Sign up here

Just Posted

COVID019 cases number have dropped dramatically according to the BC CDC epidemiology mapping for the week of April 11 to 17 . Nurse Angie Z. gets a thumbs up from Delores Campbell, one of the first of 9,008 residents to be vaccinated in the Prince Rupert community vaccination clinics in March. (Photo: K-J Millar/The Northern View.
COVID-19 Case number plummet in Prince Rupert

BCCDC mapping shows a dramatic decrease in pandemic case number in the Prince Rupert region

Dreamfish are hung on the fence at Annunication School in Prince Rupert on April 17 as part of the Stream of Dream eco-education program teaching about local watersheds and salmon habitats. (Photo: K-J Millar/The Northern View)
Stream of Dreams fish swim the fence at Prince Rupert School

Students at Annunciation school learned about watershed protection and salmon habitat

B.C. Finance Minister Selina Robinson outlines the province’s three-year budget in Victoria, April 20, 2021. (B.C. government video)
B.C. deficit to grow by $19 billion for COVID-19 recovery spending

Pandemic-year deficit $5 billion lower than forecast

Registered Nurse, Teresa Friesen immunizes Dunrovin resident, Richard Brophy. Resident’s at the home were the first in Quesnel to receive COVID-19 vaccines. (Submitted Photo)
COLUMN: Vaccine floodgates should be opened

This editor’s column first appeared in the April 14 edition of the Quesnel Cariboo Observer

Canadian Prime Minister Justin Trudeau and United States President Joe Biden smile as they say farewell following a virtual joint statement in Ottawa, Tuesday, February 23, 2021. THE CANADIAN PRESS/Adrian Wyld
Trudeau pledges to cut emissions by 40% to 45% by 2030, short of U.S. goal

Trudeau announced target during a virtual climate summit convened by U.S. President Joe Biden

MLA Shirley Bond, right, answers questions during a press conference at Legislature in Victoria, B.C., on February 19, 2019. THE CANADIAN PRESS/Chad Hipolito
Former B.C. gaming minister says she wasn’t told directly about dirty cash flowing to casinos

Shirley Bond said Thursday civil forfeiture, gang violence and gambling addiction were also major concerns in 2011

RCMP Constable Etsell speaks to tourists leaving the area at a police roadblock on Westside Road south of Fintry, B.C., Thursday, July 23, 2009. THE CANADIAN PRESS/ Yvonne Berg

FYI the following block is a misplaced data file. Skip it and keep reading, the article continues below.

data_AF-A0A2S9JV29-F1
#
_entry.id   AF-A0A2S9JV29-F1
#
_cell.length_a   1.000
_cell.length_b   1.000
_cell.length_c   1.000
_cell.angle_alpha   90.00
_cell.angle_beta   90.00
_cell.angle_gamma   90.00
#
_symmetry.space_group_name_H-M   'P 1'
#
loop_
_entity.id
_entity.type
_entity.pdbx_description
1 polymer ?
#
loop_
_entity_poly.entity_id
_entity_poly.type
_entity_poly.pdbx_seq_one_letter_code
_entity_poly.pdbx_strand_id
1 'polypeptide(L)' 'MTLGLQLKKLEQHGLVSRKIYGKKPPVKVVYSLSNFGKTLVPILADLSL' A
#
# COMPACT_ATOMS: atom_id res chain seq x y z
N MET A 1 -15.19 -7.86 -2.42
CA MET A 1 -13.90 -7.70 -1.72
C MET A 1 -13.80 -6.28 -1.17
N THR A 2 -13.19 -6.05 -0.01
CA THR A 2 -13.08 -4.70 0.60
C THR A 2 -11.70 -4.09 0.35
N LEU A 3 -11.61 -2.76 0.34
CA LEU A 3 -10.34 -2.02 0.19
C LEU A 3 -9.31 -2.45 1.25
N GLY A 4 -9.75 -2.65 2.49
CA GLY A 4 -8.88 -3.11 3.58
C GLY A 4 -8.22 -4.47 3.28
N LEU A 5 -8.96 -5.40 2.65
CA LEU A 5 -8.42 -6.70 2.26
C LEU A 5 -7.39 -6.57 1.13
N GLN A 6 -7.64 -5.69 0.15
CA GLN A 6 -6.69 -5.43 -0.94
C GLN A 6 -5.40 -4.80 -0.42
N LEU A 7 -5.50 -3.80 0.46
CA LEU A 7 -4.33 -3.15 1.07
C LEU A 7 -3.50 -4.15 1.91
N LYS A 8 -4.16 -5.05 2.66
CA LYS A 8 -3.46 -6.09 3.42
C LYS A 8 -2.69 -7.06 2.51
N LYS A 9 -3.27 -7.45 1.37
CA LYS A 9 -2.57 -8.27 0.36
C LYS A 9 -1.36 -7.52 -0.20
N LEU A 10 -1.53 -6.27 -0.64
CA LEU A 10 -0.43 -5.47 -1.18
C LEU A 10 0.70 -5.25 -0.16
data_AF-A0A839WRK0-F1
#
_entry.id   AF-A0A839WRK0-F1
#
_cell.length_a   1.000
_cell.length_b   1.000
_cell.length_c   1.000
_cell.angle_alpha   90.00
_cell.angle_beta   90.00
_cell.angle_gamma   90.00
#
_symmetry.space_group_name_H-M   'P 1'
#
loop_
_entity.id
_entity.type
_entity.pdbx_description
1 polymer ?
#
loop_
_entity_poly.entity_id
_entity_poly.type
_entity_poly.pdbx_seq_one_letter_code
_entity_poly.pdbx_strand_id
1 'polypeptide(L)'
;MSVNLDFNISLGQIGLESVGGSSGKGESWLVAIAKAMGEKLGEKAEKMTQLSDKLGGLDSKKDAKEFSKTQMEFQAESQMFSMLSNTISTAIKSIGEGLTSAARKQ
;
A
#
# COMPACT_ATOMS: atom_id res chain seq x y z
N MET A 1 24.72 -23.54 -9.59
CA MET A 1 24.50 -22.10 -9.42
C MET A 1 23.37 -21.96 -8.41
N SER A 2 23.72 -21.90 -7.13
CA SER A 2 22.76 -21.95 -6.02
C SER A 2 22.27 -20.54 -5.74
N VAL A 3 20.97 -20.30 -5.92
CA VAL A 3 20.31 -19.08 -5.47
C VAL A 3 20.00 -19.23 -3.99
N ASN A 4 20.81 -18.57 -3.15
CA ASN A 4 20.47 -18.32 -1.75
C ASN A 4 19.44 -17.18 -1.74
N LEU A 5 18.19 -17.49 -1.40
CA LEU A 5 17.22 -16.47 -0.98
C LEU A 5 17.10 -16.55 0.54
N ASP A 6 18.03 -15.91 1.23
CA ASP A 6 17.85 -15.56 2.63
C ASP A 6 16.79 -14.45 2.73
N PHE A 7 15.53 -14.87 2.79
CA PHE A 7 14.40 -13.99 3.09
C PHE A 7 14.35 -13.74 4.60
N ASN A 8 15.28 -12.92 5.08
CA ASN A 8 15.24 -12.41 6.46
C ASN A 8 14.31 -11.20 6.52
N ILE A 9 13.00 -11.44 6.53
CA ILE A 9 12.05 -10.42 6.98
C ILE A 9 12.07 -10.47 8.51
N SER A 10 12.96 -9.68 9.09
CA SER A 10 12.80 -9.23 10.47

B.C. police say they take ‘exception’ to conducting roadblocks limiting travel

Asking the police to enforce roadblocks exposes officers to further risk and possible COVID-19 infections, says federation president Brian Sauve

As part of the province’s strategy to combat the opioid overdose crisis, take-home naloxone kits have been distributed throughout the province. (Courtesy of Gaëlle Nicolussi)
Vancouver Island could be at its worst point of overdose crises yet: medical health officer

Island Health issued overdose advisories for Victoria, various communities in the last two weeks

BC Hydro released a survey Thursday, April 22. It found that many British Columbians are unintentionally contributing to climate change with their yard maintenance choices. (Pixabay)
Spend a lot of time doing yard work? It might be contributing to climate change

Recent BC Hydro survey finds 60% of homeowners still use gas-powered lawnmowers and yard equipment

Journal de Montreal is seen in Montreal, on Thursday, April 22, 2021. The daily newspaper uses a file picture of Prime Minister Justin Trudeau dressed in traditional Indian clothing during his trip to India to illustrate a story on the Indian variant of the coronavirus. Paul Chiasson/The Canadian Press
Montreal newspaper blasted for front-page photo of Trudeau in India

Trudeau is wearing traditional Indian clothes and holding his hands together in prayer beside a caption that reads, ‘The Indian variant has arrived’

Nanaimo RCMP say a man was injured while pouring gunpowder on a backyard fire in Harewood on Wednesday, April 21. (File photo)
Nanaimo man hospitalized after pouring gunpowder onto backyard fire

RCMP investigating explosion in Harewood also came across a still for making alcohol on property

Provincial health officer Dr. Bonnie Henry arrives for briefing on the COVID-19 situation, B.C. legislature, Oct. 26, 2020 (B.C. government)
B.C. sees 1,006 COVID-19 cases Thursday, ‘alarming’ 502 in hospital

Vaccine bookings for people aged 60 and older set to start

Most Read